• How is risk taking rewarded or discouraged in my district or in the schools I work in?

I might be able to reflect on these questions in future posts, but in case I don’t I wanted to make sure I recorded them on my blog.

Resources

Aguilar, E. (2017). What’s the Difference Between Coaching and Mentoring? Retrieved October 16, 2017, from http://blogs.edweek.org/teachers/coaching_teachers/2017/07/whats_the_difference_between_c.html?cmp=SOC-SHR-FB

 

Ehsanipour, T., & Gomez Zaccarelli, F. (2017). Exploring Coaching for Powerful Technology Use in Education (pp. 1-18). Digital Promise. Retrieved from http://digitalpromise.org/wp-content/uploads/2017/07/Dynamic-Learning-Project-Paper-Final.pdf

Foltos, L. (2013). Peer Coaching : Unlocking the Power of Collaboration. Thousand Oaks, California: Corwin. Retrieved from http://ezproxy.spu.edu/login?url=http://search.ebscohost.com/login.aspx?direct=true&AuthType=ip&db=nlebk&AN=1046240&site=ehost-live

PLNs: Throwing a Stone in the Water

I recently facilitated a short after school meeting between the health teachers at 4 different schools by Skype. I’d used Skype previously to hold a meeting for 3 individuals from different buildings to plan a training. My district is pretty geographically spread out so it’s a hassle to travel for short meetings. There were a couple of things I walked away from the health meeting thinking. First, how cool was that? I had groups of three or four teachers meeting in a room at each school. They did the same brainstorming and sharing process we would have done if we’d met but they did it in their own space and used www.answergarden.ch to record their thinking so we could all see it. The process didn’t really change but the tools contributed to a more efficient meeting. It also dawned on me how unusual it is for teachers in our district to talk to each other school to school like this. It’s been eye opening in many ways and some good decisions have been made about making our standards more consistent. Now the question is,  how can I encourage them to continue to talk and work together, even after our work is done this year?

The answer may lie in PLNs only on a smaller scale at first. Brianna Crowley’s article, 3 Steps for Building a Professional Learning Network, helped me think about the broader idea of PLNs.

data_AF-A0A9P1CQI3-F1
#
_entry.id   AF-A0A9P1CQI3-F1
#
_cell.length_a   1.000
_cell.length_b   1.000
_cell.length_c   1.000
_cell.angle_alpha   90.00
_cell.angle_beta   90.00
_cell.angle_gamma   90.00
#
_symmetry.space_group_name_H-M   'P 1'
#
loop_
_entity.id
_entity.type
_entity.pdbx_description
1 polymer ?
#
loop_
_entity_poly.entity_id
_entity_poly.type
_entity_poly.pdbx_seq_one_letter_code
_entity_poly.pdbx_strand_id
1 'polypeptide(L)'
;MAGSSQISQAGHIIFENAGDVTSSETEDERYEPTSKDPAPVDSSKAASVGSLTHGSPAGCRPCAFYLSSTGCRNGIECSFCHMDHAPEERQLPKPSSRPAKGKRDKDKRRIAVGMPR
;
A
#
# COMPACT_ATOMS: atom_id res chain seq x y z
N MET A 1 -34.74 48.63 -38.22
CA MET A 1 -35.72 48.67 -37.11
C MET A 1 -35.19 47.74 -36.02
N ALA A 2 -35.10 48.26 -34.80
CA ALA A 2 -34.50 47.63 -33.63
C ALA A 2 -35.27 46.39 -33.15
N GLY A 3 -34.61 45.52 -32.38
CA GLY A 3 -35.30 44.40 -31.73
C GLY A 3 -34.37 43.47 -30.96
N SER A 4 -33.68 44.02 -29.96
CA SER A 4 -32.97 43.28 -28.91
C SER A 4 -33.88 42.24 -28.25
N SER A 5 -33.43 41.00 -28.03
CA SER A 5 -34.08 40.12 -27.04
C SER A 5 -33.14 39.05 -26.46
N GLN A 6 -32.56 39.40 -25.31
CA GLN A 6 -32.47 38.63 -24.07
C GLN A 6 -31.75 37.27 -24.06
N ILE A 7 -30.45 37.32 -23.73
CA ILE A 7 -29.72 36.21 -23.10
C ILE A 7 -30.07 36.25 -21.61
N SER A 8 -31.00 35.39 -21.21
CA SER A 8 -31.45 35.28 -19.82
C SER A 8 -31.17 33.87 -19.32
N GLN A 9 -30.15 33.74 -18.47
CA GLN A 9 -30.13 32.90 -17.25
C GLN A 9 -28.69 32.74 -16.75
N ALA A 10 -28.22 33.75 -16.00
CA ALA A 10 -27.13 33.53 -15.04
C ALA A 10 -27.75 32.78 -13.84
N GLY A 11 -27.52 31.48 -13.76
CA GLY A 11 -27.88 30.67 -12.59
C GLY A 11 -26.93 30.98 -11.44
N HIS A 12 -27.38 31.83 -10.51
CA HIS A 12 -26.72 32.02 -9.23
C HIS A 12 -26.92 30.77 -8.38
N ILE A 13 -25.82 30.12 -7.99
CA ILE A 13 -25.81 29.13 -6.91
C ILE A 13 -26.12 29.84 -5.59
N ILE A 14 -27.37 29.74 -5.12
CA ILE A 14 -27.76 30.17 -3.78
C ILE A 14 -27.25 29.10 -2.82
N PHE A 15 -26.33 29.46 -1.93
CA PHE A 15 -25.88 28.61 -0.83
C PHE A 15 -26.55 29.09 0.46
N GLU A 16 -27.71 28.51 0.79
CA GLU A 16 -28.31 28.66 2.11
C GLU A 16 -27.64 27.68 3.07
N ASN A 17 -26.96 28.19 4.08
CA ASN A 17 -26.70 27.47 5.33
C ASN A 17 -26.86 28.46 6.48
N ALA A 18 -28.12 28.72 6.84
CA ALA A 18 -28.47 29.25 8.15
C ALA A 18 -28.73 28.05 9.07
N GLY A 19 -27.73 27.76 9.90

Although technology is often the vehicle to build connections, a PLN is about relationships. To conceptualize a PLN, envision three layers like the ever-widening rings formed when a rock is dropped into still water. The smallest inner circle represents buddies and mentors; a middle ring holds niche passion groups; and the outer layer comprises professionals and rockstars. The smaller the ring, the closer that group is connected to you in your PLN. (Crowley 2014)

As with any group, the development of a PLN needs to be personal. Everyone has different interests and passions and they’ll only find a PLN useful if they are interested in what they learn through it. I do like the idea of starting with a platform that you are familiar with. It will be interesting to find out what teachers in the groups I’m already working on are using already. If they aren’t, it might be worth starting small and using a tool like Yammer. We already have it in the district. It’s easy to use and could be a good stepping stone. I also like her visual of the rings. It would be easy to help teachers pick one from each ring to start with and ask them to try it out for a month and then report back to the group about how their rings are expanding.

What I’m most interested in right now is the idea of creating a vital, passionate network of teachers across the buildings in our district. It would have to focus on learning. I wouldn’t want it to become a place for gripping or negativity. Montana state has a much more challenging geographic issue but their development of the Digital Professional Learning Network has brought educators together to learn with and from each other. They’ve helped people make connections by using tools such as webinars, video conferencing, online learning for teachers and from that have forged active online communities on Twitter.

We pride ourselves in our district on developing positive relationships and I think using tools like blogs, Skype and Yammer as well as our Kyte Learning videos and experimenting with webinars this year as a place for people to share and learn together would be a good place to get started. It would be amazing to have an active, engaged, collaborative PLN across our whole district. Even if we started with technology I think it would spread to other subjects if people saw the value in it.

Resources